Cape Sōya: The Northernmost Point of Japan & The End of the Cherry Blossoms

Cape Sōya: The Northernmost Point of Japan & The End of the Cherry Blossoms

The sleepy town of Cape Sōya is a rare destination, sleepy and soothing to the soul. Pause to appreciate that this is where Japan ends.

Image Credit: Kzaral

There is never a more ubiquitous Japanese image around the world than fully bloomed Sakura cherry blossom trees in springtime — their pink, petite petals swaying gently from their branches to grass patches and tarmac strips lined up in near-perfect symmetry.

If you are looking for a slice of this surreal experience, you are months too late; this year’s cherry blooming — that starts from the southernmost prefecture of Okinawa and gradually makes its way across the length of Japan — has long shed its last petals in its northernmost tip, Cape Sōya. Reaching the end of the line, however, does not necessarily nullify the significance of being there.

Image Credit: yoppy

While the rest of Hokkaido is better known for its beautiful summer flowers, Cape Sōya represents the transition from one travel obsession to another. History has been well-documented with man’s attempts to reach the ends of the world, from Mount Everest to Antarctica. Although Cape Sōya is not nearly as intense, it still remains a point in Japan that travel pilgrims seek out for a sense of fulfilment, embodied by a monument that marks the journey’s end.

Standing at the edge of the cape overlooking the vast ocean, your hair stands and goose bumps erupt; partly from the strong wind, partly from the knowledge that this is where Japan ceases.

Image Credit: Mike Raybourne

As sleepy coastal towns go, Cape Sōya Town — not officially on the map because it is a mere strip of seaside establishments — embodies the lazy rhythm that it sways to — its lull coaxes your legs out of the frantic speed that they have always been accustomed to, and you find yourself slowing to a stroll, taking in the unmistakable fragrance of sea breeze and appreciating this newfound seaside calmness.

The clouds have dimmed the late morning sun, and Cape Sōya is at its gloomy best. You feel the slight chill despite it being the peak of summer. Your stomach growls, and you check yourself into the nearest ramen restaurant, which is conveniently around the corner.

Image Credit: Brandon Wang

Ramen is one of Japan’s most iconic dishes; it is also often talked —and debated— about. Depending on which sources you believe in, ramen either originates from China or is a proud Japanese invention. Given that you are standing on Japanese soil, it is unlikely that you will hear the former. Regardless of its roots, miso ramen, one of the several variations, is undisputedly a Hokkaido brainchild.

The miso is generous, and the broth — chicken or fish — is hearty. The uniqueness of the dish is its versatility; because of its robust flavour, it complements a wide range of toppings — butter and corn, spicy bean paste, leeks, ground pork, and sesame seeds, to name a few. It is also said that the richness of the broth stems from the fact that some restaurants use the very same boiling mixture from the time they first opened their doors — some as far back as decades ago. Fret not, it is perfectly safe.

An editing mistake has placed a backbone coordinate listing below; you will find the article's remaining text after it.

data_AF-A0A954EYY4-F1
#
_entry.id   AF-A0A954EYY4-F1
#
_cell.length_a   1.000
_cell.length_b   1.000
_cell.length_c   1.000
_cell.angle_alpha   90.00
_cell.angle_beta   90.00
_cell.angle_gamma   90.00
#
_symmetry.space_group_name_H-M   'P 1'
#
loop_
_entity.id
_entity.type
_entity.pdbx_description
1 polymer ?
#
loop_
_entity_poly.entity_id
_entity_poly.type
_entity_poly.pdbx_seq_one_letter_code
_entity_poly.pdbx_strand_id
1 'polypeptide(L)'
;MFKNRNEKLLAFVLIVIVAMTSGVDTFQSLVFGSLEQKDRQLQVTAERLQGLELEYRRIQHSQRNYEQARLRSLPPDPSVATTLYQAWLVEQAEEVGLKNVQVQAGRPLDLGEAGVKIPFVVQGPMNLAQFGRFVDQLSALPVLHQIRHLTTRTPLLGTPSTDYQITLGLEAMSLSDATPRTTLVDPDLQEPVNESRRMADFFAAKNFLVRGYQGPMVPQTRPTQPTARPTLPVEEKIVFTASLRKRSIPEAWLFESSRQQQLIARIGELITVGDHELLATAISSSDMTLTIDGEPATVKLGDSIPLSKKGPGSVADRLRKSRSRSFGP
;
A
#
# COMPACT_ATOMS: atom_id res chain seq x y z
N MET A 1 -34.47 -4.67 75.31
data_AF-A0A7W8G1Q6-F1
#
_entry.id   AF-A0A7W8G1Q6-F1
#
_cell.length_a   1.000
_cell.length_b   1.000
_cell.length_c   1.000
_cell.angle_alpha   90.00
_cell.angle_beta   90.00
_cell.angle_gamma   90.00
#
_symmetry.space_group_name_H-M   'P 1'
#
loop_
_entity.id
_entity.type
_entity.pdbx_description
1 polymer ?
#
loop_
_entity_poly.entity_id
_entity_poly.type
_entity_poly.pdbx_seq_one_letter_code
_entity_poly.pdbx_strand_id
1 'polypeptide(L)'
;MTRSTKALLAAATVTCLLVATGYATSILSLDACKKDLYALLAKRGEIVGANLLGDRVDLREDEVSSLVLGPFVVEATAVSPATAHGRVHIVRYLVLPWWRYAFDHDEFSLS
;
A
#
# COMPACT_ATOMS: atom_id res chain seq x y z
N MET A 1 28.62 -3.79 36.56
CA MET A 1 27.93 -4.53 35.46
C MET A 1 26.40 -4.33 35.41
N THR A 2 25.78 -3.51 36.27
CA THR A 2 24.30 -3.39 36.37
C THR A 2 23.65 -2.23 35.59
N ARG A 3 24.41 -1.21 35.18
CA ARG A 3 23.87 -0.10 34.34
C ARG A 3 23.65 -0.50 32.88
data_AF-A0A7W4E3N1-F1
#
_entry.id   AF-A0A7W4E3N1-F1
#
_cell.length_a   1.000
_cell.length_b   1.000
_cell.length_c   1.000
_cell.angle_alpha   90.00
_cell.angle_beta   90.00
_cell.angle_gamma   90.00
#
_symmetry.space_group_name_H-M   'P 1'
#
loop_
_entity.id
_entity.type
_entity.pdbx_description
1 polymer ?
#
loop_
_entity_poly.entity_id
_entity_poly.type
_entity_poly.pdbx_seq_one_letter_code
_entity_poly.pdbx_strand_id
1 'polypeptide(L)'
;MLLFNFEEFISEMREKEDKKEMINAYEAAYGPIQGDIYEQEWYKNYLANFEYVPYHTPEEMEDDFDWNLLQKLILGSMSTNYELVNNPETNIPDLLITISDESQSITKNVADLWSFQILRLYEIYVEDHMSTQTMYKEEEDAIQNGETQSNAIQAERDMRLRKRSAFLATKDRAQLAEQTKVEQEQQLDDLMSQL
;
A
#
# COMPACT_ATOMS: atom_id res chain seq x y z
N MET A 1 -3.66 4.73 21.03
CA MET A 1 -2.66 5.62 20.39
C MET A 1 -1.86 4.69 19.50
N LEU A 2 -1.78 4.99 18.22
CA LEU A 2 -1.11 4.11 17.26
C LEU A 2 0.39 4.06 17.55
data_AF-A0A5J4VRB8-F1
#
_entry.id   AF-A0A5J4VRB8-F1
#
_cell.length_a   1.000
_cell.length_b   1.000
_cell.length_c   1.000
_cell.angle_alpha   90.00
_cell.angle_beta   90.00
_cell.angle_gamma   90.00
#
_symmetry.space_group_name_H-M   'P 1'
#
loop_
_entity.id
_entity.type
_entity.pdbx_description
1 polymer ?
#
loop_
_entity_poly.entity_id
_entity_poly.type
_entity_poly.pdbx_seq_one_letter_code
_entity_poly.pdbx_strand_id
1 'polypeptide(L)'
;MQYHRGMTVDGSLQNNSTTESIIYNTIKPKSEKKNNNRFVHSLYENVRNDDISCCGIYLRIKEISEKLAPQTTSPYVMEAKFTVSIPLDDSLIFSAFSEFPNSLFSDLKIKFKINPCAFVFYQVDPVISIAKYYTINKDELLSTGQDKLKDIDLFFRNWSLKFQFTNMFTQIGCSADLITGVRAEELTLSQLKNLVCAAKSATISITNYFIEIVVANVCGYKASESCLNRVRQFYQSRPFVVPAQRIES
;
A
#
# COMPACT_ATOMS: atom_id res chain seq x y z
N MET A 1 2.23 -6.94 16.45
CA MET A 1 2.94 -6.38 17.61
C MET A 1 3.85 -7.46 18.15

Image Credit: yoppy

Just behind the restaurant is an observatory that offers a clear view of Cape Sōya and beyond. It is here that you can make out more than just the faint outlines of the nearest foreign land across the ocean — Sakhalin Island, Russia. In between mildly impolite burps from your sumptuous meal, you use this opportunity —from the comfort and anonymity behind a glass screen inside a cosy building — to sweep the vicinity, keeping an eye out for details you might have missed out earlier. You notice what looks like a brick house a la Dutch with a windmill fitted on its coned roof.

Guesthouse Armeria is located at the end of Sōya Park not too far from the observatory, and is a welcome pit stop for weary legs from a long day of exploration. Here on, the path forks; within the boundless confines of Sōya Park stands the Sōya Lighthouse — picture-perfect; postcard-worthy. It is not overbearingly huge and therefore fits the unremarkable serenity that Cape Sōya stands for, but its distinct red-and-white stripes and boxlike structure can be spotted from miles away.

On the other side of the fork lies a charming path that straddles the coastline alongside the Sōya National Highway. It may be seven kilometres long, but the ever-enchanting view of the Sōya Strait will leave you forgetting to keep track. To top off the adventure, where the path ends is where another starts: Shiro Michi (White Road), so pristinely white that you hesitate to walk across it and leave a stain. As you squat to admire its beauty, you realise that the “path” consists of recycled seashells.

Image Credit: Nao Iizuka

Cape Sōya is one of those rare destinations in that you learn the art of being rather than doing. It does not have shopping complexes, theme parks, or commercialised safaris. It does not pretend to be something it is not; it is what it is — always sleepy, always soothing.

Perhaps it is indeed necessary that the town slows you down upon your arrival; the breathtaking experience of Cape Sōya can only be fully felt when you stop and with your baggage to the side, pause to appreciate the fact that you are at where Japan ends.   

About Author

Benjamin Tan
Benjamin Tan

As a nomad, Benjamin believes his place in the world is not determined by the borders of one country, but by wherever the sweet nectar of exploration tickles his nose. He continually hones his writing in the hopes that his documentation of his journeys can do the beauty of what he witnesses some justice.


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